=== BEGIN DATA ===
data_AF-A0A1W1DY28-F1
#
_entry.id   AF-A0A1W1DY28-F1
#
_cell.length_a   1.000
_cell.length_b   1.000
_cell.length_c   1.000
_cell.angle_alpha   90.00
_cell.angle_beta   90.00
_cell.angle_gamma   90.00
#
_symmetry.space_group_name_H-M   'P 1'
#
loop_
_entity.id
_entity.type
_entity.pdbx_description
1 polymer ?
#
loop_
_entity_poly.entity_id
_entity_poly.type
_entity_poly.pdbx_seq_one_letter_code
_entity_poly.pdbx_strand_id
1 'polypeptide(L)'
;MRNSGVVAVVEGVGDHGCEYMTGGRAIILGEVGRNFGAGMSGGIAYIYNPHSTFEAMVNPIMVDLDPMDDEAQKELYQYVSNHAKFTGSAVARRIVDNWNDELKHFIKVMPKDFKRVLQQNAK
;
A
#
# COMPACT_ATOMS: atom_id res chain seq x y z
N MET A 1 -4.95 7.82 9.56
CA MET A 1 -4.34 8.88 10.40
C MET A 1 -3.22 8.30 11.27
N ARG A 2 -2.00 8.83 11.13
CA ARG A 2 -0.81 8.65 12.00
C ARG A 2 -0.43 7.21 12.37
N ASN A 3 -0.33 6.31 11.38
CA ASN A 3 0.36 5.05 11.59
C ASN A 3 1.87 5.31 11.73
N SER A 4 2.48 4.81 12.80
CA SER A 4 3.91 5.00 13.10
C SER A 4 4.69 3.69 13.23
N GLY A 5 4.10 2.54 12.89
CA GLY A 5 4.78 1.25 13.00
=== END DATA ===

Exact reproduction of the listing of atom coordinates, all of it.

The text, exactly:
data_AF-A0A1W1DY28-F1
#
_entry.id   AF-A0A1W1DY28-F1
#
_cell.length_a   1.000
_cell.length_b   1.000
_cell.length_c   1.000
_cell.angle_alpha   90.00
_cell.angle_beta   90.00
_cell.angle_gamma   90.00
#
_symmetry.space_group_name_H-M   'P 1'
#
loop_
_entity.id
_entity.type
_entity.pdbx_description
1 polymer ?
#
loop_
_entity_poly.entity_id
_entity_poly.type
_entity_poly.pdbx_seq_one_letter_code
_entity_poly.pdbx_strand_id
1 'polypeptide(L)'
;MRNSGVVAVVEGVGDHGCEYMTGGRAIILGEVGRNFGAGMSGGIAYIYNPHSTFEAMVNPIMVDLDPMDDEAQKELYQYVSNHAKFTGSAVARRIVDNWNDELKHFIKVMPKDFKRVLQQNAK
;
A
#
# COMPACT_ATOMS: atom_id res chain seq x y z
N MET A 1 -4.95 7.82 9.56
CA MET A 1 -4.34 8.88 10.40
C MET A 1 -3.22 8.30 11.27
N ARG A 2 -2.00 8.83 11.13
CA ARG A 2 -0.81 8.65 12.00
C ARG A 2 -0.43 7.21 12.37
N ASN A 3 -0.33 6.31 11.38
CA ASN A 3 0.36 5.05 11.59
C ASN A 3 1.87 5.31 11.73
N SER A 4 2.48 4.81 12.80
CA SER A 4 3.91 5.00 13.10
C SER A 4 4.69 3.69 13.23
N GLY A 5 4.10 2.54 12.89
CA GLY A 5 4.78 1.25 13.00